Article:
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Wednesday, June 20, 2012

The Save for Web feature Part 2

Three basic image formats exists in the presets – GIF, JPEG and PNG. The rule of thumb is to use JPEG's for photos and GIF's for all else. For a full guide on choosing the right image format.

Optimizing GIFs
If you're creating a GIF you will want to start off with a preset such as GIF 32 Dithered, which works well for most GIFs. From there you can fine-tune the optimization to suit your needs.

This is where you choose the size of your GIF palette. A palette of 32 colors is often sufficient for web images, but if your image has loads of detail and looks too fuzzy/blurry/banded with 32, up it to 64, 128 or 256. If your image has very few colors in to start with, or doesn't look too bad with fewer colors, select 16, 8, 4 or even 2! This will make the GIF file size smaller.

Optimizing JPEGs
If you're creating a JPEG you will want to start off with a preset such as JPEG Medium, which typically works well for most JPEGs. From there you can fine-tune the optimization to suit your needs. Some of the important optimization options are as follows:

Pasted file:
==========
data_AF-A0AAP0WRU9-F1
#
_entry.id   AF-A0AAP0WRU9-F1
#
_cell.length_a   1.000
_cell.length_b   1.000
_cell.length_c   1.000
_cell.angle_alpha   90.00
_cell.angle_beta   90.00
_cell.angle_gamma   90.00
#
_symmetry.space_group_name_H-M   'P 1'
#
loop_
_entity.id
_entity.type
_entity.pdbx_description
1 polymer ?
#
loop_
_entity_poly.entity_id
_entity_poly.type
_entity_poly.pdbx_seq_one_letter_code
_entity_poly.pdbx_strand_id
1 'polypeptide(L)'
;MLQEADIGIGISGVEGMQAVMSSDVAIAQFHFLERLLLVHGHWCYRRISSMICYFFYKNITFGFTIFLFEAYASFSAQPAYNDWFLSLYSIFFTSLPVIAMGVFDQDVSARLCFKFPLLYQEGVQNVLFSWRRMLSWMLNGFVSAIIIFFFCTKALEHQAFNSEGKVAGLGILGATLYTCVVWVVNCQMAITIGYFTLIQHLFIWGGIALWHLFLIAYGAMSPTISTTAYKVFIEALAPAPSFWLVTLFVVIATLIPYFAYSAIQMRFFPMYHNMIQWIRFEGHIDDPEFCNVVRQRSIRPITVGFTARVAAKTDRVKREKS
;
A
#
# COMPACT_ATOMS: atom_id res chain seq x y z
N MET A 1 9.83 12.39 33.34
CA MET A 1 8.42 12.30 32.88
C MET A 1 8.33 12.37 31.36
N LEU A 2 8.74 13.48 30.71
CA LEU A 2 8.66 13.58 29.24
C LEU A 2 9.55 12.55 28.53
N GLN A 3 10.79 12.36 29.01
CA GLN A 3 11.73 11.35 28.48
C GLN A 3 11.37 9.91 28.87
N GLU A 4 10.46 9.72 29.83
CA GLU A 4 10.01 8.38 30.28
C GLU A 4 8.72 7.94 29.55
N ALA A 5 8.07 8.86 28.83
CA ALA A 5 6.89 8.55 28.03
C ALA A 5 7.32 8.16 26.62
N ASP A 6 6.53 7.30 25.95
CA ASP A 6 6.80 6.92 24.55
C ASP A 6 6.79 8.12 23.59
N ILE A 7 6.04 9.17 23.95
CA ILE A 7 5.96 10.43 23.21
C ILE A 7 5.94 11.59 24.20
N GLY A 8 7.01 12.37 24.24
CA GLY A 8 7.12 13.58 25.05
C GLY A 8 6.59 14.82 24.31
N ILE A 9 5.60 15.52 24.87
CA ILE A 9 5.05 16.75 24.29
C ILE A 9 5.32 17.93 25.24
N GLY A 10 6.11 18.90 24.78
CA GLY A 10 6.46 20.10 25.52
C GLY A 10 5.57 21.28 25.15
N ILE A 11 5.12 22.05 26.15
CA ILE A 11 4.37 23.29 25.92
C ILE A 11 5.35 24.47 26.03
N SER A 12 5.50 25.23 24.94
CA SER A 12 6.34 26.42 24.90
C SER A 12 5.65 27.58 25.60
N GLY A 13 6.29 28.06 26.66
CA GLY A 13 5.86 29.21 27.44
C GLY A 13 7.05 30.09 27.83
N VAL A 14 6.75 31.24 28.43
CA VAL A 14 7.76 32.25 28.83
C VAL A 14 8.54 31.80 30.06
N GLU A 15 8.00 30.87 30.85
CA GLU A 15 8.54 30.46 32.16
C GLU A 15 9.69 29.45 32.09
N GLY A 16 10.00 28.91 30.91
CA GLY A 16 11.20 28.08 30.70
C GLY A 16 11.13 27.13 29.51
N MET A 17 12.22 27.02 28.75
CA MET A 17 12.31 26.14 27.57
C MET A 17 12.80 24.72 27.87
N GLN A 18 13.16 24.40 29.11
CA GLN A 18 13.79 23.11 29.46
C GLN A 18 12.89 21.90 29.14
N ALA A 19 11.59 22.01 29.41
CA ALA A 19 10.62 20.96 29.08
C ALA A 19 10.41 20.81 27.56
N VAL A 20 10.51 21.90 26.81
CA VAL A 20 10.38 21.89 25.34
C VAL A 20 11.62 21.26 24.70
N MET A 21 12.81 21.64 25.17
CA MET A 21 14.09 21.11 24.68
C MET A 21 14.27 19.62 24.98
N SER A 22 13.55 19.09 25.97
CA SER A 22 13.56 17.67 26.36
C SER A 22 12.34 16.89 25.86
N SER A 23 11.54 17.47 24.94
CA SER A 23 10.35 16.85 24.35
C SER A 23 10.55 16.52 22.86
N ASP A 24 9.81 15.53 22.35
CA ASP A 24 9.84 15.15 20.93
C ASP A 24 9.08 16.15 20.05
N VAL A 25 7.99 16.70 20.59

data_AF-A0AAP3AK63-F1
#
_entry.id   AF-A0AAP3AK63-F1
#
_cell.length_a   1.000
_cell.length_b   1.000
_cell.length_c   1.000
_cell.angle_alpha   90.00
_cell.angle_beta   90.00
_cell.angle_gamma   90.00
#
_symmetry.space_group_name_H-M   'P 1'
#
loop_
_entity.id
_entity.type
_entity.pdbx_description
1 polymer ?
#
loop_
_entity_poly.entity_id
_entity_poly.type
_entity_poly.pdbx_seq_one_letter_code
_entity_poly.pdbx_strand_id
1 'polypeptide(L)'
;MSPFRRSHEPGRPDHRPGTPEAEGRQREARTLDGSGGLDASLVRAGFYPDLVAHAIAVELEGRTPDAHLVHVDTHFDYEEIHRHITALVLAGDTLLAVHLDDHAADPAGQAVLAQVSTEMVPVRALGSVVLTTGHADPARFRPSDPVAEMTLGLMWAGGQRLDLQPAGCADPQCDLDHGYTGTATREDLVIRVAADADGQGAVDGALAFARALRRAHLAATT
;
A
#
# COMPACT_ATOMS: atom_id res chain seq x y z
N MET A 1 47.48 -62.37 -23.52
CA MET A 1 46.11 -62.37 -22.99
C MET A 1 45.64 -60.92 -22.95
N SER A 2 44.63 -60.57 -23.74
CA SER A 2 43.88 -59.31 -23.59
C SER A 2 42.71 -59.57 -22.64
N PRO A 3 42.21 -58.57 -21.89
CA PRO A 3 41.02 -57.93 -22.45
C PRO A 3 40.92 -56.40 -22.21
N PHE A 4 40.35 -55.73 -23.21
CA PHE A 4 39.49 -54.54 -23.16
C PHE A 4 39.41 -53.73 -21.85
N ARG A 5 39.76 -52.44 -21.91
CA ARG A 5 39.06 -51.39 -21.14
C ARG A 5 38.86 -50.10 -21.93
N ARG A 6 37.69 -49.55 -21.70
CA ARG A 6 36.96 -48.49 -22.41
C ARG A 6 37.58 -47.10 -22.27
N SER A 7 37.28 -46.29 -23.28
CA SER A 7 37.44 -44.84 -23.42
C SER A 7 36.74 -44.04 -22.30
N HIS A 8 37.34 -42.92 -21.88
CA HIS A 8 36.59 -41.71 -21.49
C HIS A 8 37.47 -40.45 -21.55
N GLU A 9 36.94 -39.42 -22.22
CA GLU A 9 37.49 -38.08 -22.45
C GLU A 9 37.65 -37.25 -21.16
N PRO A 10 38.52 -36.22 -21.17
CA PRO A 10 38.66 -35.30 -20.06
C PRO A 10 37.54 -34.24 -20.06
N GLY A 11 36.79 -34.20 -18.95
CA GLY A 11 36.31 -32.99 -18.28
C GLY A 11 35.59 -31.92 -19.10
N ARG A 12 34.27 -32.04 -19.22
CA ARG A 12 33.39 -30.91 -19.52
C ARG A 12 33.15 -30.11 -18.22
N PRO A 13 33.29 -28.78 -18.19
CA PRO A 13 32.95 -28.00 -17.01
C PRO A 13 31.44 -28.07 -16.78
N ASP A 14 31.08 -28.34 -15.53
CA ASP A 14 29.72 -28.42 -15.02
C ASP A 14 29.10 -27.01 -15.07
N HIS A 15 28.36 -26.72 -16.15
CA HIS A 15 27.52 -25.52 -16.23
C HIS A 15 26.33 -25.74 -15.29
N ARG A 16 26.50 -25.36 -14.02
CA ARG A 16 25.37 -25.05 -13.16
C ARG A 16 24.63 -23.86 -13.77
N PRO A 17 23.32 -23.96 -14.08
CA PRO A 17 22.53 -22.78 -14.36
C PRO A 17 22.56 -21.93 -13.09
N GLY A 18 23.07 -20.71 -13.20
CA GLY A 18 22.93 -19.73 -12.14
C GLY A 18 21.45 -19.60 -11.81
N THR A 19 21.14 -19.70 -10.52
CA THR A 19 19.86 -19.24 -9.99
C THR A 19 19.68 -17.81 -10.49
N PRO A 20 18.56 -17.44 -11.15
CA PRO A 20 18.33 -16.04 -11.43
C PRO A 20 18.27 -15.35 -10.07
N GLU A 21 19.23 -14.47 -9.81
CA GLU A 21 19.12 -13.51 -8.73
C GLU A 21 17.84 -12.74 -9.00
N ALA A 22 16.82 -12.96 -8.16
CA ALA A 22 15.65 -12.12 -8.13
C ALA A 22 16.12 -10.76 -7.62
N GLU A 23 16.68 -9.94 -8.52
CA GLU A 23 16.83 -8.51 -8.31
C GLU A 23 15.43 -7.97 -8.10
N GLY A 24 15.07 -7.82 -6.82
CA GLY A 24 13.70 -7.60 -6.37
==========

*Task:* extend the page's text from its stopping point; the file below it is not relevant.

Two ways to alter the compression quality include the Low/Medium/High/Maximum list (for quick access) and the Quality slider (for fine control). The lower the quality setting, the more blurry and bitty the JPEG will appear, but the resulting file size will be smaller.

A progressive JPEG is similar to an interlaced GIF. The image loads gradually on the Web page – a low res image first and then the full, high-resolution image. Again, this is great for keeping your viewers on slow modems from getting bored, but it does mean a slightly larger file size. Please note that older browsers don't support progressive JPEGs.

If your Photoshop image has transparent areas, you can fill them with a specified matte color with this drop-down box.

Optimizing PNGs
Your options for optimizing a PNG-24 are much the same as those for optimizing a JPEG. Similarly, the options for optimizing a PNG-8 are very similar to those for optimizing a GIF. See the GIF and JPEG sections above for details.

And, if you really can't be bothered…
…you can always allow Photoshop to optimize the image for you! Select the little arrow just to the right of the Settings… box and select Optimize to File Size…:

In the dialog that pops up, choose Auto Select GIF/JPEG then enter your desired file size. Click on OK and Photoshop will do the rest for you! If you're not pleased with the results you can tweak the settings as described in the sections above, or just choose a slightly larger file size and try again.

Saving the image
Once you're happy with your optimized image, click OK to save it to disk. The file saved will be a copy of your original image, unless you specifically overwrite the original with the optimized file.

For More Information Click Here

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